Sure, this restaurant isn't necessarily mind-blowing (although some people are completely in love with their wings), but I feel like the food and its patrons reflect the city well. Tony likes establishments with history and rich stories, meaning and value in their off-the-beaten-path glory. San Tung is a purely local restaurant, filled with families, yuppies, grad students, food-lovers, and even a few non-Asians that may or may not call the plate of kimchi an "amuse bouche." The bay area is largely Asian and Asian American, and the northern Chinese/Korean-influenced cuisine of the shandong province (close to South Korea) is also something Tony hasn't tasted in his five seasons. The food is simple, humble, but so good and so satisfying. Honestly, who doesn't like it?? Here's the story behind the restaurant:
Behind this restaurant are Mrs. Chu and her son, Frank. Mrs. Chu, who immigrated to San Francisco from Korea as an ambitious Chinese entrepreneur, runs the business side. Frank’s father had a serious medical condition 10 years ago that forced Frank to leave school at Skyline Community College, where he was studying to be an auto mechanic. Although Frank sacrificed his dream to own a mechanic shop, he is enjoying the success of the family restaurant. Amazingly, San Tung amassed great popularity without advertisement; Frank credits fresh food and loyal customers, who in return have generated business from rave word-of-mouth reviews. (source)2. Mission Street Food
If you keep up with the SF food scene, there's pretty much no way you haven't heard of this. I've been a few times, and see no reason to discontinue my occasional visits, depending on the menus. Although this is the more likely of my two suggestions to make it onto the show, I still wouldn't necessarily add it to the "unsurprising destinations" list, even if it has been getting a lot of press lately. This is no ordinary "underground food movement," and is very much unlike your other roaming restaurants or pop-ups. What makes MSF special is not just the stripped-down food-focused [un]intentional hipster irony of being in a slightly run-down Chinese restaurant... but it's really about community. MSF is about collaboration, and bringing community together through good food, and perhaps more importantly, through the process behind that food. The menus are developed and executed by people from all around the city, using ingredients sometimes from backyards (like herbs). The community aspect also extends to where the money goes - all profits to charity. Why would Tony go here? Because MSF is as much, if not more, about San Francisco and its people as it is about the food it serves.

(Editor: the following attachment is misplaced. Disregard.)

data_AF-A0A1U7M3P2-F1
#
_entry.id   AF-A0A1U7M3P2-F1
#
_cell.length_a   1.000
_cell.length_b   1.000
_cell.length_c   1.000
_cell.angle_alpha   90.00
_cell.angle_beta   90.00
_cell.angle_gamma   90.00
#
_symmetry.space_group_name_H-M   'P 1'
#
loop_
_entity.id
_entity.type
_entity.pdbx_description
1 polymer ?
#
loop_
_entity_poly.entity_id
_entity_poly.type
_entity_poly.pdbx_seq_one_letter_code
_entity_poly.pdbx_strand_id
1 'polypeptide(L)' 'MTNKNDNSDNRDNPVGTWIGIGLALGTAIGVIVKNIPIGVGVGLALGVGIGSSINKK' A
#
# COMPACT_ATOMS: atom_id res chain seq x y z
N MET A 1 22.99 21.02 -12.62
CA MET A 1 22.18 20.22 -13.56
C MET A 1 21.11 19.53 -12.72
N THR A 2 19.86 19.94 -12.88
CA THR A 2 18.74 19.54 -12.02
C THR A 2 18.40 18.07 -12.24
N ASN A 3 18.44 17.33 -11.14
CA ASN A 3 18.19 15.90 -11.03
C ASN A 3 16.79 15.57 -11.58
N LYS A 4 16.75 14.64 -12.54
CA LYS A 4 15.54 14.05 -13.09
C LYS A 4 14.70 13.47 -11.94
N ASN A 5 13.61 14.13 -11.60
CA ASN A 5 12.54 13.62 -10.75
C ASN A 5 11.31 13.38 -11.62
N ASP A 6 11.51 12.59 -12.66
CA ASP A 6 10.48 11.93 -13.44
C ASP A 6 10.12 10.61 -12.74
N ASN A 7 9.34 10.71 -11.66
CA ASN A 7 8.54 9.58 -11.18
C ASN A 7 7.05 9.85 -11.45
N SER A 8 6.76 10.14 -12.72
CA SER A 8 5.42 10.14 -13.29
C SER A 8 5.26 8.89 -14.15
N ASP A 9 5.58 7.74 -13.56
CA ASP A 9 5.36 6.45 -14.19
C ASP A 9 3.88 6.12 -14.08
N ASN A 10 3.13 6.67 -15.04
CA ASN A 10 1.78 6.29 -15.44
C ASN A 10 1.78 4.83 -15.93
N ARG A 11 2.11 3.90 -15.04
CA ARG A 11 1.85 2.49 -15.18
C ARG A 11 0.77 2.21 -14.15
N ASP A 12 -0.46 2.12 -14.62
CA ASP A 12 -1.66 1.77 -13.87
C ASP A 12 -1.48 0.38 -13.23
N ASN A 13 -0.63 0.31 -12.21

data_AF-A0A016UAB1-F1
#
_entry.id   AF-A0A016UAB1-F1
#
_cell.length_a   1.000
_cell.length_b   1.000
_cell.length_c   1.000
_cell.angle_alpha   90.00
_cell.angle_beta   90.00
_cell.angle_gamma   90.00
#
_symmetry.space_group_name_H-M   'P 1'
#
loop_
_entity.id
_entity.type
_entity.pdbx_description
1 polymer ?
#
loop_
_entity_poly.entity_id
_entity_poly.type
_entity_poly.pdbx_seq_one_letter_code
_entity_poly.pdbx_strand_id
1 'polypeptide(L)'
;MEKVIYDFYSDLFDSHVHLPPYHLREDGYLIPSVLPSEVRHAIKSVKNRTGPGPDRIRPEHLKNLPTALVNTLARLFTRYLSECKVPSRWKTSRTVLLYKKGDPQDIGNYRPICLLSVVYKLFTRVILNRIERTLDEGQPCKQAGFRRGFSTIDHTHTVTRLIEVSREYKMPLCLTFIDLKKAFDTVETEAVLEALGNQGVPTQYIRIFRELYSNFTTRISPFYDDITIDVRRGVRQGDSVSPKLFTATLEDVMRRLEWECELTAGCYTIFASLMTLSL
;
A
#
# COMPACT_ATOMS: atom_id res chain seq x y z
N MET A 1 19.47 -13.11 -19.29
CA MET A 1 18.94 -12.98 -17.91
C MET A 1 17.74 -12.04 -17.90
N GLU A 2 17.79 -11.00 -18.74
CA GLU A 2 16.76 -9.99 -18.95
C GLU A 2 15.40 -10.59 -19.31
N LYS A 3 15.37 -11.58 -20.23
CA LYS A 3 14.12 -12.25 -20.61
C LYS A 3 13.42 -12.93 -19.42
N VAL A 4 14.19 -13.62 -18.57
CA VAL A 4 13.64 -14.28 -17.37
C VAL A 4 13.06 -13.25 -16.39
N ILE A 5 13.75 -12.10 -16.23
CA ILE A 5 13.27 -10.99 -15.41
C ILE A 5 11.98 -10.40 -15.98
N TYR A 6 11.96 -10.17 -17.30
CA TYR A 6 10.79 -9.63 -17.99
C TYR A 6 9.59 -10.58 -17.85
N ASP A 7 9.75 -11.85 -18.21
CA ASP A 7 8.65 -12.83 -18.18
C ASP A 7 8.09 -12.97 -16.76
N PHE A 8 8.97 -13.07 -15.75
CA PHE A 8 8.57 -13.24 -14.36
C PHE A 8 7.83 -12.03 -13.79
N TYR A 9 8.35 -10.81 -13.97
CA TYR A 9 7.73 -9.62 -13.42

Hm I pretty much just wrote two voluntary endorsements, but these two "restaurants" really make me proud to be a San Franciscan. THAT is why Tony should go there!